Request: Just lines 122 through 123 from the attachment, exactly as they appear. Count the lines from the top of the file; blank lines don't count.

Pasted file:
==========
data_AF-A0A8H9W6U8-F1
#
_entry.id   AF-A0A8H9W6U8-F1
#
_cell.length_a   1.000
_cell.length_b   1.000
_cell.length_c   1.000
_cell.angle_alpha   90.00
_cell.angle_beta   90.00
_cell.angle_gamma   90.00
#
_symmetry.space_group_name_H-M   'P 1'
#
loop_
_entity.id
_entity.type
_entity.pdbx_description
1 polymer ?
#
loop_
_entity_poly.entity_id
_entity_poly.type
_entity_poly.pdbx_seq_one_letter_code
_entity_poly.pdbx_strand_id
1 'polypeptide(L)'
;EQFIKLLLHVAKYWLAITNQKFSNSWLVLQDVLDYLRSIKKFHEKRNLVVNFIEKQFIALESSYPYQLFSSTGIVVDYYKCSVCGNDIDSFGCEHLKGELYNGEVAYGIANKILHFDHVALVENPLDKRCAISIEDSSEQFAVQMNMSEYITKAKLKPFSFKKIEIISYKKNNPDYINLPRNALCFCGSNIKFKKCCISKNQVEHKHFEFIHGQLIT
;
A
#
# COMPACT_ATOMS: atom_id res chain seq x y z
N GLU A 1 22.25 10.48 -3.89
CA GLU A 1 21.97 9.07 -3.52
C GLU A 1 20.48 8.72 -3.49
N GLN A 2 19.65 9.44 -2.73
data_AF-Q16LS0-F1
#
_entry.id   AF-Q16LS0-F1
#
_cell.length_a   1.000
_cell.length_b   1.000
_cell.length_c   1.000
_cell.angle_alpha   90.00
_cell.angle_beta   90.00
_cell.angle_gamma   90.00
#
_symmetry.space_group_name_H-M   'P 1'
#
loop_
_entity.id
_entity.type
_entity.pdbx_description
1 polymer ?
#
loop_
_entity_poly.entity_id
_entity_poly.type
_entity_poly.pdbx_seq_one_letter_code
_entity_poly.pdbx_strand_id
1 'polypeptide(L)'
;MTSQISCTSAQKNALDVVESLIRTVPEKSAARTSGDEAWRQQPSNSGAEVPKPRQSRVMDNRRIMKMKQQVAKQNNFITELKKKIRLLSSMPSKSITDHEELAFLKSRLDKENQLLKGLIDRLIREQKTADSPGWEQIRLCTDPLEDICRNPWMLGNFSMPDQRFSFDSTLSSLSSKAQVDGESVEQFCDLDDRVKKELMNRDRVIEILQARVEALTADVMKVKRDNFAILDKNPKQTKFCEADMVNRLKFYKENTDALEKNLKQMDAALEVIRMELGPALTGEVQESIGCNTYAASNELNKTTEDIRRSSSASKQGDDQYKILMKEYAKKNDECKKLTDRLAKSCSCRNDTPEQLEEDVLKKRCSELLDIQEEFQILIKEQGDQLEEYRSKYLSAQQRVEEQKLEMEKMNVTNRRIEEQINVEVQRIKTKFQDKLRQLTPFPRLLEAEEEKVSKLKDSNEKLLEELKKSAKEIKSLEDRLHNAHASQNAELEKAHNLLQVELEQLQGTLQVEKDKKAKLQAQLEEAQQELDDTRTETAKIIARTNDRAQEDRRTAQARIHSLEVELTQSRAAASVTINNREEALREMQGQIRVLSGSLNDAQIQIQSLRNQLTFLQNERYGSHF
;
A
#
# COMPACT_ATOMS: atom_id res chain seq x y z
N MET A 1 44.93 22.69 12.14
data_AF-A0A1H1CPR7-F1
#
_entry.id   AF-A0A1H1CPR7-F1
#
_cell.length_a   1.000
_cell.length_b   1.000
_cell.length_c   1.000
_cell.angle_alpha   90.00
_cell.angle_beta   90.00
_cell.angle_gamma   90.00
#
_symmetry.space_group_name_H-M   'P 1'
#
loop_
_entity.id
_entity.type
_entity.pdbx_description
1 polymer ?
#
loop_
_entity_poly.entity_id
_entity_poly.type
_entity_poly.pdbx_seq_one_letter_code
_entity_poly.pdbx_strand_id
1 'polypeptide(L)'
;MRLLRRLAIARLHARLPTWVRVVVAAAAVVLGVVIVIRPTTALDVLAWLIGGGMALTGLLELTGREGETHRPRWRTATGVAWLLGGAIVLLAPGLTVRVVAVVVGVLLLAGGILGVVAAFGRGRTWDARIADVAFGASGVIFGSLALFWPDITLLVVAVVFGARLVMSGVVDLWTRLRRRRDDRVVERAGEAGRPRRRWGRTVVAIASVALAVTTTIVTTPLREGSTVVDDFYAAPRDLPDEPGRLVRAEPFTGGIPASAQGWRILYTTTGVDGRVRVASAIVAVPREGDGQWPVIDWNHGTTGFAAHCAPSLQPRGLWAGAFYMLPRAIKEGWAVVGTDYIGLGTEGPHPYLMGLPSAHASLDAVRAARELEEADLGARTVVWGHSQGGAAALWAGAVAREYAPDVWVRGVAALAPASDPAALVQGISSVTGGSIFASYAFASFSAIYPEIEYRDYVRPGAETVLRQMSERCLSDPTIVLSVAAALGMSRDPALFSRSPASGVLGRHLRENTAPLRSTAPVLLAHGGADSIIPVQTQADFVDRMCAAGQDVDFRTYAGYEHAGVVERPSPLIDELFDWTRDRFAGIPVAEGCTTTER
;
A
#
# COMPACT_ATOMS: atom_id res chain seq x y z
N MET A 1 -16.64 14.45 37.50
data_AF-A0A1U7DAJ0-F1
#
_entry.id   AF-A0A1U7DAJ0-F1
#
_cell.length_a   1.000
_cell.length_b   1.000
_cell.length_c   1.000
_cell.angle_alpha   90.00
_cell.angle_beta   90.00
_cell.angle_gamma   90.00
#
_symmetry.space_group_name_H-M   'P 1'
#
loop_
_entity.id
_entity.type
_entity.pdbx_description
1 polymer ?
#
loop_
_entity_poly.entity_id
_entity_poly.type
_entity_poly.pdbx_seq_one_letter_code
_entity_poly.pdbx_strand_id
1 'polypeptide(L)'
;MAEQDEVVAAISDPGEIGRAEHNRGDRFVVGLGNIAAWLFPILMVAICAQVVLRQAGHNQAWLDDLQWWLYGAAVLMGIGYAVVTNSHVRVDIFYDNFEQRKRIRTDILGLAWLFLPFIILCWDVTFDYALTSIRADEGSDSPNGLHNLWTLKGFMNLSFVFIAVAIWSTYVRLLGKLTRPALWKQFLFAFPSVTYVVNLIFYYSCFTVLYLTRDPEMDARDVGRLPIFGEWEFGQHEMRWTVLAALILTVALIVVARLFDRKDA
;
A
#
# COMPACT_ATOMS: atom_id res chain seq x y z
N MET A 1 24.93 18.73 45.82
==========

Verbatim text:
;MAEQDEVVAAISDPGEIGRAEHNRGDRFVVGLGNIAAWLFPILMVAICAQVVLRQAGHNQAWLDDLQWWLYGAAVLMGIGYAVVTNSHVRVDIFYDNFEQRKRIRTDILGLAWLFLPFIILCWDVTFDYALTSIRADEGSDSPNGLHNLWTLKGFMNLSFVFIAVAIWSTYVRLLGKLTRPALWKQFLFAFPSVTYVVNLIFYYSCFTVLYLTRDPEMDARDVGRLPIFGEWEFGQHEMRWTVLAALILTVALIVVARLFDRKDA
;